Your St Patrick is a holy man
With Churches and Cathedrals,
Catholic and Protestant;
Your St Patrick is a learned man
With colleges and schools,
Green and red;
Your St Patrick is a healing man
With hospitals and homes
For sick and dying;
Your St Patrick is a pilgrim
Claiming his own Purgatory
May God and Mary and St Patrick be with you.
My St Patrick is a gentle man
Scarcely four foot tall,
Carved in stone, flat faced,
In simple Celtic style;
He stands alone.
His church is but a few square yards
Of grass rock and shrubs,
With healing water from his well
Offering peace to all without.
May God and Mary be with him.
There are no set rounds at the well. Before and after the service people went to the well and drank its waters. Being a spring the water is crystal clear and is said to have curative powers.
Despite the harsh weather this was one of the nicest and intimate pilgrimages I have attended. On this special day St Patrick brings all the local communities together and there is a real sense of pride in the well and St Patrick’s connection with the area. The local area is steeped in history and I hope people continue to use and take care of this very special well.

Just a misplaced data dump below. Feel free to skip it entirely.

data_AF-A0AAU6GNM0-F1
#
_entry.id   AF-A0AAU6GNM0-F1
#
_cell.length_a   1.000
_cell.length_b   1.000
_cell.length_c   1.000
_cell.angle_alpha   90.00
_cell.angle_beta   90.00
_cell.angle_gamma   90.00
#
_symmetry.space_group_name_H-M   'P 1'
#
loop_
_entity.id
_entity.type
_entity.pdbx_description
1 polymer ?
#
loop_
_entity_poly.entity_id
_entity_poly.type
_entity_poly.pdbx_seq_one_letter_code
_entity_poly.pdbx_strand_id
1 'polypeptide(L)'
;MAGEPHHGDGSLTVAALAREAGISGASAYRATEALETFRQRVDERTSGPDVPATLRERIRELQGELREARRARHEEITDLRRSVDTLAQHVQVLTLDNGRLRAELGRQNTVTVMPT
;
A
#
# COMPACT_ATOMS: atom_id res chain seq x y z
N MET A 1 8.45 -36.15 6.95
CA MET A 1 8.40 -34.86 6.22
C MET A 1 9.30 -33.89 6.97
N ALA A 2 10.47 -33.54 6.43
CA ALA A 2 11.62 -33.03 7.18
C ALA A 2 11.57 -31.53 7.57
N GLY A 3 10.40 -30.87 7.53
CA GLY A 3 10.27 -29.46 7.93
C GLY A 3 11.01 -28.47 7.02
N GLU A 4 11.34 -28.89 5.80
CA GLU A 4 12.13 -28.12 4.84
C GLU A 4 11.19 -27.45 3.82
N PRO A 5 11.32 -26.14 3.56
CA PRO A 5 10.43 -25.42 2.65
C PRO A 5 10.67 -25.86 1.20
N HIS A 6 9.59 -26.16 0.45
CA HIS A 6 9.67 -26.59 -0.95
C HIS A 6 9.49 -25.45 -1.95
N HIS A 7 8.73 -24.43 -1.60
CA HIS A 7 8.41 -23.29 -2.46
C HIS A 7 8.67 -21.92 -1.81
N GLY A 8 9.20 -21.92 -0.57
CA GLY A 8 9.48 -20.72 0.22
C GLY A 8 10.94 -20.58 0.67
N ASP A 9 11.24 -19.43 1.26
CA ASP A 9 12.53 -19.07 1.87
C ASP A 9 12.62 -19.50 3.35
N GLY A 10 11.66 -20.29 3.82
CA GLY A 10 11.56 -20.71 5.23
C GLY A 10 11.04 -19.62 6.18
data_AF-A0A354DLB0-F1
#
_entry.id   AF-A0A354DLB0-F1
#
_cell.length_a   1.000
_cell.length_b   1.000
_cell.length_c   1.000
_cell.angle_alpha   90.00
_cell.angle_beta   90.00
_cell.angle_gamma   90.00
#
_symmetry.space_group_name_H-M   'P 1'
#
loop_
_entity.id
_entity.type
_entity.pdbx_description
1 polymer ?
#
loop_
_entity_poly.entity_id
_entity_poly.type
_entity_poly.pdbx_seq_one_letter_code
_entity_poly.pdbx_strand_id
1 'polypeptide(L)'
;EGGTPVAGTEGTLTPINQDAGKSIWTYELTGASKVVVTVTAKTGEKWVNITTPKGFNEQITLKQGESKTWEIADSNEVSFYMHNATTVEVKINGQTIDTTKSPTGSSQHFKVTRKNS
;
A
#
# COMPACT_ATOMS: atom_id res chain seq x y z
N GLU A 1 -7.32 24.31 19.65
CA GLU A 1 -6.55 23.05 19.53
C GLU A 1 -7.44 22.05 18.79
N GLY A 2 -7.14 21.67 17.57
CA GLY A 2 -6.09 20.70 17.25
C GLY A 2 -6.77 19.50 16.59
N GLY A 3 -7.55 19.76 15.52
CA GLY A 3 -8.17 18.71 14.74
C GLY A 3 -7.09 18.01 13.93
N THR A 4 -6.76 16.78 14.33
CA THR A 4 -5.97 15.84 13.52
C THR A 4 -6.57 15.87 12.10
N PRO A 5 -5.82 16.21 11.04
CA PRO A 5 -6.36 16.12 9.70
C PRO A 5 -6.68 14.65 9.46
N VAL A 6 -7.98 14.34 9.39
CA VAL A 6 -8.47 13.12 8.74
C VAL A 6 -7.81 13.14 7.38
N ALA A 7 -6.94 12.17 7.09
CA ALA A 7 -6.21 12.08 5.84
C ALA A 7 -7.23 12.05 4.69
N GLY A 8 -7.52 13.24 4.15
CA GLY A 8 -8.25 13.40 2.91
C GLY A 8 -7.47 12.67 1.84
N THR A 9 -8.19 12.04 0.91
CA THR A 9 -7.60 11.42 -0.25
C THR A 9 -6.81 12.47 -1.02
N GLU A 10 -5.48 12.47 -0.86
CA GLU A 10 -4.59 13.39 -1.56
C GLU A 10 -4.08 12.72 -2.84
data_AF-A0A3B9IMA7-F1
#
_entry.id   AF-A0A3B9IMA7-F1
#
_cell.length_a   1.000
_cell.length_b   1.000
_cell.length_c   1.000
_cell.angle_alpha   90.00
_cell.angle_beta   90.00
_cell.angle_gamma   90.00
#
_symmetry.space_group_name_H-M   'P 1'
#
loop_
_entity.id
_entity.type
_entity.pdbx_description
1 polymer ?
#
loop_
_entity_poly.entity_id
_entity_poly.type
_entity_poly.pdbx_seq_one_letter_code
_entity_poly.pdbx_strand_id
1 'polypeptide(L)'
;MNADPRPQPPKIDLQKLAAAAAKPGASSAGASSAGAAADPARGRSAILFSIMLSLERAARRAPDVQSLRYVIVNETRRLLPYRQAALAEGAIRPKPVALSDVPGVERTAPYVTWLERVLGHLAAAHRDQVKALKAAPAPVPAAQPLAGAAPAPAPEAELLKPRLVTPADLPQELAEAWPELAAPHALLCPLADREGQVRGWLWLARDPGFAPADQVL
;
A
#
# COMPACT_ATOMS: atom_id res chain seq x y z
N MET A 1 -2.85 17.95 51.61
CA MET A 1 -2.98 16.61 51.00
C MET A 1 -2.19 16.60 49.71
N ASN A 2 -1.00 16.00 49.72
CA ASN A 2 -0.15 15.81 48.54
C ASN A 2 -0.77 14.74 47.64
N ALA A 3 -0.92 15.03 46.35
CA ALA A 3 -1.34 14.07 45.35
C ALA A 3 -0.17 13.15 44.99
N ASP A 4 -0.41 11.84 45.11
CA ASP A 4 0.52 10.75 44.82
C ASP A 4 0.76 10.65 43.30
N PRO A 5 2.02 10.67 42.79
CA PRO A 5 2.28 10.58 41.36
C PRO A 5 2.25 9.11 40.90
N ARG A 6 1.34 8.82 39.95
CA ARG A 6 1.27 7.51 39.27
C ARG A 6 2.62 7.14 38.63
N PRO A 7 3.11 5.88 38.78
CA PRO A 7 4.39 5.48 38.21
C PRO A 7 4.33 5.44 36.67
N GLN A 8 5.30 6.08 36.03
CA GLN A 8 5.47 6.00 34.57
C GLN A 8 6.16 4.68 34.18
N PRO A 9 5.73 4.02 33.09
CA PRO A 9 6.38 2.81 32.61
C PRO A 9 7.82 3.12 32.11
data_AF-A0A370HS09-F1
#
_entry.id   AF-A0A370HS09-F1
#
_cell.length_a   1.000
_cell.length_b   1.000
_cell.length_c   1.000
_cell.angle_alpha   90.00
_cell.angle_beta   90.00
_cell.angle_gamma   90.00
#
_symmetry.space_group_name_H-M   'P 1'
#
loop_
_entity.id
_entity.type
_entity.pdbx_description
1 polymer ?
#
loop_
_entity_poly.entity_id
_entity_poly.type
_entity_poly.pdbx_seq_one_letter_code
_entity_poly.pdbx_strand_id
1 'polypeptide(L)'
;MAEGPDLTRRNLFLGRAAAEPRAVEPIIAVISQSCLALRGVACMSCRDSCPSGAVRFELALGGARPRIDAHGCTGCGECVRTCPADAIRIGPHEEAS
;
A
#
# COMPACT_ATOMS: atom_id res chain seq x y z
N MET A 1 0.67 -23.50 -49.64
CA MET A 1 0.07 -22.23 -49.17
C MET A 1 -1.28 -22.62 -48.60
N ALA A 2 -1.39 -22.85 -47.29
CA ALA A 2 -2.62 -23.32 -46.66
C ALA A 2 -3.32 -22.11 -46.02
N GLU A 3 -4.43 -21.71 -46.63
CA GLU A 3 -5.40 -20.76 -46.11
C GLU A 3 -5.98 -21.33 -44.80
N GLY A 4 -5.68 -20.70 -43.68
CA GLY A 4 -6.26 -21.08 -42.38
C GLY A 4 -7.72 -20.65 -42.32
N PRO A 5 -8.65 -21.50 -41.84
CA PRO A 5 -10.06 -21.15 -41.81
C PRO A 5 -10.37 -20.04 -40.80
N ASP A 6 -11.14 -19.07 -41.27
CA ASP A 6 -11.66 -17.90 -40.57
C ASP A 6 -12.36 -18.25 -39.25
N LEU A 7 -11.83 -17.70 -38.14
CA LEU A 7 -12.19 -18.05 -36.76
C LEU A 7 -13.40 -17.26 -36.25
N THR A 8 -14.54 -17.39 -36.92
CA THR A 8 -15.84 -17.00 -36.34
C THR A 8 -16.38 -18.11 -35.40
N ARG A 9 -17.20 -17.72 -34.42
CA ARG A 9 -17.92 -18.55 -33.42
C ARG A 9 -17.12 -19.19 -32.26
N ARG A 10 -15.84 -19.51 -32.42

© Louise Nugent 2013
Many thanks to Tommy Hurley, John O’Donovan and T.P Plewman for information on the well. Also Sharon Greene for all her help and for having the foresight to bring a large umbrella.
Greene, Miss, 1899-1902. ‘County Kildare Folk-tales. Collected from the narration of Tom Daly.’ Journal of the County Kildare Archaeological Society, Vol. III, 368-71
FitzGerald, W. 1912-1914. ‘Glassealy and its tenants. With the career of Walter “Reagh” FitzGerald.” Journal of the County Kildare Archaeological Society, Vol. VII, 83-108.
Jackson, P. 1980. ‘ The Holy Wells of County Kildare’ ,Journal of the County Kildare Archaeological Society Vol. XVI, 133-61.
I remember going to St Patrick’s Weil in the 1950’s when a football match was played. I think between Grangenolvin and St Laurances.